Myself into myself again
                          Thro' that same jerk.

Meanwhile, my friend, for heart and fun
Unmatched, Good Night!   Our task is done;
The Muse is off—her rhyme is spun—
                          Her zig-zag flight
Has ended where it was begun—
                          Good Night! Good Night!


To W. R.

A Friend in Australia.

TO you, on you, my Willy Reay,
To you, on you, so many a day,
Out o'er the seas and far away,—
                            A word or two,
A wee to ease my heart, I'd say
                            A word on you.

In this my wifie's thought's express'd,
For well I know within her breast
She ranks you with the truest, best
                            Of friends that I
Possess, or ever yet possest
                            In days gone by.

We've had our troubles great and small
Since last we met you, but 'mid all
We've thought of you and yours, and shall,
                            While life endures,
With rapture sweet the names recall
                            Of you and yours.

And often in the night-tide hours,
When, toil-relieved, and memory pours
Into our souls her sweetest showers,
                            Her healing dew,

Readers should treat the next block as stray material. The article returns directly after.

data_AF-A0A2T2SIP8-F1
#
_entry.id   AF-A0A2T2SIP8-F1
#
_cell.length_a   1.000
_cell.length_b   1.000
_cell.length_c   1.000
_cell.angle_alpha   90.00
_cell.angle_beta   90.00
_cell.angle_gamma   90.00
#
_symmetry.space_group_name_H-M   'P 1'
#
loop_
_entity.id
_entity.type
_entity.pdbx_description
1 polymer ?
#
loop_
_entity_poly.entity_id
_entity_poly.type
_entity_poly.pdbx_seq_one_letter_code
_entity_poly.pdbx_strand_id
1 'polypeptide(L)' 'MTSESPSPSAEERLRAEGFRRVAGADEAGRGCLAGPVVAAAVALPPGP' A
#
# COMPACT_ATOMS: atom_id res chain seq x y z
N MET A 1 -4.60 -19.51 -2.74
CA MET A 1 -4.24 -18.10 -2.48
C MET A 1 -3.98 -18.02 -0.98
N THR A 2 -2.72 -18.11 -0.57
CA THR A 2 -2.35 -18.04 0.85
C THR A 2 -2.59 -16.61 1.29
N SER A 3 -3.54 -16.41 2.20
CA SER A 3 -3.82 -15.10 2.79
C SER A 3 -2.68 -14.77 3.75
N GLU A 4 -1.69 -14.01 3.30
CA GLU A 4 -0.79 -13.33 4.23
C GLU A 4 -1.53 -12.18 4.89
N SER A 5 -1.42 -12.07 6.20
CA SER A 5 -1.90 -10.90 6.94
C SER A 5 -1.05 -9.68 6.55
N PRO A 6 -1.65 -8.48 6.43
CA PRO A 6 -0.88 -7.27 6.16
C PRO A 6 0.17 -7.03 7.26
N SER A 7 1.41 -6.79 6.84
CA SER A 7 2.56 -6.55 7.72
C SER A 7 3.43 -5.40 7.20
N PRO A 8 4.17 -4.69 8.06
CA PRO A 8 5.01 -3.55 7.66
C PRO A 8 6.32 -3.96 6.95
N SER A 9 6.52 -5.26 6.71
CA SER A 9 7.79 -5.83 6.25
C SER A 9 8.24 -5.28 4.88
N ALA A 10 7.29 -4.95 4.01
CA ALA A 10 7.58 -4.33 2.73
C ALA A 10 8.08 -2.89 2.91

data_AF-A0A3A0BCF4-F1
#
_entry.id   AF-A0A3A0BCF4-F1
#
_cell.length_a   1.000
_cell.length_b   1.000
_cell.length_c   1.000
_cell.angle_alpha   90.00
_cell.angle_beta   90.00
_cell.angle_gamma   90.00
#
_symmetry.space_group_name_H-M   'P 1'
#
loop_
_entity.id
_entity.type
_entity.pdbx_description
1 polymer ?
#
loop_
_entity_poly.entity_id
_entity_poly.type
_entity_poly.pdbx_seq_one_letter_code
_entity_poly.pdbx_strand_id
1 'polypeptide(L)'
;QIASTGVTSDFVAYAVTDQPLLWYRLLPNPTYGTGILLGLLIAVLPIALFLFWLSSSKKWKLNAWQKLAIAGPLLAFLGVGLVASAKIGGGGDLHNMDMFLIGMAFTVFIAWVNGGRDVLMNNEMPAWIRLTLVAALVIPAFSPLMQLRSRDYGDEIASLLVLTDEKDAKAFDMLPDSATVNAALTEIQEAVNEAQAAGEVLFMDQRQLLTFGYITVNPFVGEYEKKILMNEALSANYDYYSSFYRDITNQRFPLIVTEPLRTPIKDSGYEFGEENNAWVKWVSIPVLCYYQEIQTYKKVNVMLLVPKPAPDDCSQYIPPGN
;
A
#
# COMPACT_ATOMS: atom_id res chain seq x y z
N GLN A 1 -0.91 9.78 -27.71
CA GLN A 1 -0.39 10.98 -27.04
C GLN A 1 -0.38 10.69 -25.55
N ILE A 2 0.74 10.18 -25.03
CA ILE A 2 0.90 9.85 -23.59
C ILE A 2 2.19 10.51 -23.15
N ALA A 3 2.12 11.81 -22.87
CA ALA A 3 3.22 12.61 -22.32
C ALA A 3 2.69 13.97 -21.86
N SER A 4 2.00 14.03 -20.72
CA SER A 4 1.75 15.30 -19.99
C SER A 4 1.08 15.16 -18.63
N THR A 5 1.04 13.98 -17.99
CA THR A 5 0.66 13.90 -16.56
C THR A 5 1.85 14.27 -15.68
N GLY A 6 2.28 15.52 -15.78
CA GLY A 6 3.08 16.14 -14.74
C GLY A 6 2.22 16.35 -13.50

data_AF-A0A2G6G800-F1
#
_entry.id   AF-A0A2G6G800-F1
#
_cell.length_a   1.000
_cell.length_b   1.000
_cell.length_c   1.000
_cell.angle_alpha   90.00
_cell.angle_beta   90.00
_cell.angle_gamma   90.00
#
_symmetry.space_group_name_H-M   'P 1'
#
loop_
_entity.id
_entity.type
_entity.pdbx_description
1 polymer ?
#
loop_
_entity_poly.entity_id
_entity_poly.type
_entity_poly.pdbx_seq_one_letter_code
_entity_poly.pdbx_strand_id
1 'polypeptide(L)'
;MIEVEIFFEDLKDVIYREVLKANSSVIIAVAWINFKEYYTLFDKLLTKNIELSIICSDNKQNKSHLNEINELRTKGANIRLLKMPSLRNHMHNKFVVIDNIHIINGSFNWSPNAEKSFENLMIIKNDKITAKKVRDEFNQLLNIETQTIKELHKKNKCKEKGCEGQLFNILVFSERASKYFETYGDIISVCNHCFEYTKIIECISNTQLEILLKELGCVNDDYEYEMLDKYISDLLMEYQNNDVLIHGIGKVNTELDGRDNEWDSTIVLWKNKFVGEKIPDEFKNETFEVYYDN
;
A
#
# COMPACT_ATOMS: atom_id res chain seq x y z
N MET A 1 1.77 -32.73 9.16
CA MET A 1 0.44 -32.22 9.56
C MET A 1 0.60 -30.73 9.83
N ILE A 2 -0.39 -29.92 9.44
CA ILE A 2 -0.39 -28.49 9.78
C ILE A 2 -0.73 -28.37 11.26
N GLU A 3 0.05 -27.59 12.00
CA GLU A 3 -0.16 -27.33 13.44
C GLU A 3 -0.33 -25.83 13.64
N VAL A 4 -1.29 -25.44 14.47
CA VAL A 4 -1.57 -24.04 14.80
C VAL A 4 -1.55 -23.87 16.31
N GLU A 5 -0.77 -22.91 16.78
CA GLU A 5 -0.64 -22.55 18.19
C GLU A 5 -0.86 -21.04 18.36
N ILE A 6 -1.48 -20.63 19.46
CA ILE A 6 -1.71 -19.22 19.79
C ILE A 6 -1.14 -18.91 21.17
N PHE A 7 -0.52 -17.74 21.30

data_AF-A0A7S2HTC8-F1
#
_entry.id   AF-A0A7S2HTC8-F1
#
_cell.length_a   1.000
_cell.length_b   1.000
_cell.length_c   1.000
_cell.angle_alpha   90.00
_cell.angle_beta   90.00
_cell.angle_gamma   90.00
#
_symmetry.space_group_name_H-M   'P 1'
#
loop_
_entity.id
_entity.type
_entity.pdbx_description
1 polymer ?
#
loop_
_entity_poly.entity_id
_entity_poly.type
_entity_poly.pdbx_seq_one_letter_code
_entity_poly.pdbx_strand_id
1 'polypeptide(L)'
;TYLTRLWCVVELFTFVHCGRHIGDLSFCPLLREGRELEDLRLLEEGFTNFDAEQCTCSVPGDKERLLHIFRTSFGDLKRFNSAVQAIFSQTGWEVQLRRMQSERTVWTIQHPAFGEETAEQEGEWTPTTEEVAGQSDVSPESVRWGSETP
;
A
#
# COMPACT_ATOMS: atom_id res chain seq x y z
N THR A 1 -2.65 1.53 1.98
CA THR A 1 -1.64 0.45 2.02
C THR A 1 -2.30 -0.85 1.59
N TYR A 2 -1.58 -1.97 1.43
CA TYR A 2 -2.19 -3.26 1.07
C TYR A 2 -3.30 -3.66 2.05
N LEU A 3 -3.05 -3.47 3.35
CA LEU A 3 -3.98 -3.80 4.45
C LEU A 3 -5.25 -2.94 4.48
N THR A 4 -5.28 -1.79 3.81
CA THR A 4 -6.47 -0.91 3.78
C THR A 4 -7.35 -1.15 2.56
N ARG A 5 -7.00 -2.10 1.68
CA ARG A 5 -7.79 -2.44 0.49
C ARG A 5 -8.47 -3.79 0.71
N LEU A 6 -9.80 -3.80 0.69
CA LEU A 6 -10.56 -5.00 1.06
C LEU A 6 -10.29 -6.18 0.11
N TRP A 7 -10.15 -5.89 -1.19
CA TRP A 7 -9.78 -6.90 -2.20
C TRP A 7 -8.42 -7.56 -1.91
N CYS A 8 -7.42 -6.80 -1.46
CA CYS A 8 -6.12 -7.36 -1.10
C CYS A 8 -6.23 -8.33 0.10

Distilled from joy and sorrow's flowers,
                            We'll talk of you.

Of all the funny tales you'd tell
About the folks upon the Fell,
Where Teams flows onward yet to swell
                            Our own dear Tyne,
We'll talk as if beneath a spell
                            Almost divine.

The twinkle of your eye when aught
Grotesque or sweet your fancy caught,
And ended in some happy thought,
                            Or feeling deep;
Of this with painful pleasure fraught,
                            We'll talk and weep.

Your jokes that never left a sting,
Of your bright laugh, whose merry ring
Told of the pureness of its spring,
                            The hours away,
We'll talk, talk, talk of every thing
                            You'd do or say.

Nor only of the joys that were,
But what the golden hour will bear
When you return, we'll talk; for ne'er,
                            Befall what may,
Can we of your return despair,
                            Nay, never! nay.

That cruel thought we could not dree,
That cruel thought we'll flee and flee,
Till you again have cross'd the sea;
                            For come you will,
And with your heart-inspiring glee,